cloudhiking - maps and adventure guides

Site Links


Contact Us









Friends' Links

Appalachia & Beyond

Family Wilds


Marking My Territory

Outcast Hikers


809 Outdoor Research's
Ultralight Dry Sack

Ultralight Dry Sack having from a limb in the backyard

So how do you keep the things in your pack dry during a rainstorm? No regular backpacks or day packs are waterproof. One of my regular packs (Osprey) doesn't even pretend that the bag is waterproof, it has drainage holes in the bottom of the pack's main bag. (There are a few dry bags with pack straps attached that are probably dry - but I am not sure how well they carry.)

My first attempt (many years ago) to keep my pack dry was to use the extended poncho. At times it would keep the rain off (if it was not too windy) but in an all day rain, the pack's contents would be wet.

For years then, I didn't even bother trying to keep my pack dry. I kept important gear in stuff sacks that helped some, but I also carried gear that I could use when wet.

Then in more recent years, I have used pack covers. I think I have four, three for different sized packs and one ultralight cover. The ultralight is my favorite, but to be honest, it is only marginally more successful at keeping my pack dry than the extended poncho. The cover flaps in the wind and many times my pack has gotten wet because I would not stop to take the time to put the cover on my pack!

I have read about using a large garbage bag or trash compactor bag as a waterproof bag, but I was never too excited about using a throwaway bag. Finally I saw the Outdoor Research Ultralight Dry Sack. Would it be the answer to dryness? I started using it over the winter ... and have a few notes ...

The bag is big, 55 liters or 15 gallon with a rolled closing. The bag weighs 2.9 ounces. The seams are taped.

I use a 45 liter pack and the 55 liter bag easily fits inside and fills the pack.

Using two or three smaller bags would also work and would probably help in organization as long as you could remember what each bag contained.

For four days this winter/spring I walked in (really) wet weather using the dry sack. Everything in the sack remained dry.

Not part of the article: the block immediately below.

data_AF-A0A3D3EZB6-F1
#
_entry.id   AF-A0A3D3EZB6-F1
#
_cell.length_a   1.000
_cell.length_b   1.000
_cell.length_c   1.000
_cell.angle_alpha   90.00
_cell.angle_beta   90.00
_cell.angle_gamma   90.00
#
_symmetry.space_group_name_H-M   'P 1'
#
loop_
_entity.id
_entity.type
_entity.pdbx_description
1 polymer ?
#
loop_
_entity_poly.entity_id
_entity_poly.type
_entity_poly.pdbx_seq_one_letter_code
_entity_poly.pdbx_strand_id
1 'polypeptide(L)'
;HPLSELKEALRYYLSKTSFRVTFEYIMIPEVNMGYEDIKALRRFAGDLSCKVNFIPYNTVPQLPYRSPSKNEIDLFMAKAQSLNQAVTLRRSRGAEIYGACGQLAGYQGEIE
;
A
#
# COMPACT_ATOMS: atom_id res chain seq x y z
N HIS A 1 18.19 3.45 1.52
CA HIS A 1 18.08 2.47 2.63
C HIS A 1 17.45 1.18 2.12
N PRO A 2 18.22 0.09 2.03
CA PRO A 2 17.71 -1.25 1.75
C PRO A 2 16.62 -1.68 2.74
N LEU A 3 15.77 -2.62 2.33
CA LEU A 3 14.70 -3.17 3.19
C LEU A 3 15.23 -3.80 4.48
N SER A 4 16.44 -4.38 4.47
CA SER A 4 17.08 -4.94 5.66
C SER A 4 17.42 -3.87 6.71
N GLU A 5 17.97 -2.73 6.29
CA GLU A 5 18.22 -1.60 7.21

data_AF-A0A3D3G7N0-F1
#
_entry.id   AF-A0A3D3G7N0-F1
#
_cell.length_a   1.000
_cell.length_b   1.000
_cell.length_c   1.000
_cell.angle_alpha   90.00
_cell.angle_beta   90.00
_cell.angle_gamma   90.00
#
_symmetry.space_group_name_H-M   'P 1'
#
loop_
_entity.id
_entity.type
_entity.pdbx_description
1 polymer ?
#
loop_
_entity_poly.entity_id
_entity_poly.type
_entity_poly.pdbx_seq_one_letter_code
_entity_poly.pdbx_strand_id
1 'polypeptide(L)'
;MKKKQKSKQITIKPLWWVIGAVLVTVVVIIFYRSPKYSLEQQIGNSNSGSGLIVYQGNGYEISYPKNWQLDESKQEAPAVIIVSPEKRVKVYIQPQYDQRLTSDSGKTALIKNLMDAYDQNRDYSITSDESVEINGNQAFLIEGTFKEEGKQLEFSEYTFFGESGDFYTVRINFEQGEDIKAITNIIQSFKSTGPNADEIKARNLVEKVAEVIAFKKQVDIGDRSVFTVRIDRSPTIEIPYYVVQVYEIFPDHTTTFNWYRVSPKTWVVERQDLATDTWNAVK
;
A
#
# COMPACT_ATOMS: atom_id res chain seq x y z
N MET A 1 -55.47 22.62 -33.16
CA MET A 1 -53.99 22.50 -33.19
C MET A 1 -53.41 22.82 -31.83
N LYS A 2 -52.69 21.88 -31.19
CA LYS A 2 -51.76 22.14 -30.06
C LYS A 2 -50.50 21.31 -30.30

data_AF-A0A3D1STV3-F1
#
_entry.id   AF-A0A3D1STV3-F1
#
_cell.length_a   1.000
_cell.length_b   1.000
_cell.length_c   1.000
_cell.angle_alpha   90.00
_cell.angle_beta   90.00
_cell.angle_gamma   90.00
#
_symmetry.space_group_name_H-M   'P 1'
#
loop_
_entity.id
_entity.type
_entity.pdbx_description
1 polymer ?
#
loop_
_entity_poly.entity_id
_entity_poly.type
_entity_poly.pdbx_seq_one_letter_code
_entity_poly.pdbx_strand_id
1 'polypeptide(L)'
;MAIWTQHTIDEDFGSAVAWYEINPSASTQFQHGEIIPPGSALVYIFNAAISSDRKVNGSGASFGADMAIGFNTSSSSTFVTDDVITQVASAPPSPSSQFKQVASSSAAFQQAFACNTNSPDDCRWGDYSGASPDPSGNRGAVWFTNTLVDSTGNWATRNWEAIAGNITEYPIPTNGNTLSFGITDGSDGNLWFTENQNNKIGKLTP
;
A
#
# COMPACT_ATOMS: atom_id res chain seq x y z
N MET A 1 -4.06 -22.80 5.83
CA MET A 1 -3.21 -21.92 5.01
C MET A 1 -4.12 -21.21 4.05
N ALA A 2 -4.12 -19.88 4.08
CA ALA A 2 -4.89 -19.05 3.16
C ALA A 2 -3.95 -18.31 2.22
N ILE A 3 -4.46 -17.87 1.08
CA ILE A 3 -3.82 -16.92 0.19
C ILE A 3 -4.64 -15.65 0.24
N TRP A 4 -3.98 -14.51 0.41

Ultralight Dry Sack hanging out in the rain

To further experiment, I put a couple of large towels in the bag and hung it from a limb in the backyard. The towels were damp after a two inch, all day rain. I was a little confused why the towels were damp. I emptied the bag and dried it. Then checking for leaks, I inflated and re-sealed the bag. Three days later, the bag was still filled with air. The bag was not leaking, but i had found the problem. Water was running down the strap as it hung from the limb and into the bag, ah ha!

I might modify the bag and put a strap on the bottom so that it can be hung upside down.

In camp, the bag could be used as a bear bag - to hang from a tree limb, but I prefer the BearVault - bear proof container.

Even if using a BearVault for food storage, it would still be a good idea to suspend gear that would attract animals. Any salty gear could be packed in the sack and hoisted high above the heads of goats, marmots, porcupines, etc.

If you fell in the stream during a creek crossing (worse case scenario), the contents of the bag would stay dry. A pack cover or poncho would not protect the pack, if it went underwater.

The bag can be inflated and used as a pillow.

You could even use the bag to haul water from the stream to the cooking or washing locations.

Any holes in the bag should be easy to patch with the appropriate glue.

Amy and I both have an Ultralight Dry Sack. We really like them and will be using them on our summer trip.

Happy Ultralight Dry Sack trails


Name (required):

Comment (required):

Please Introduce Secure Code: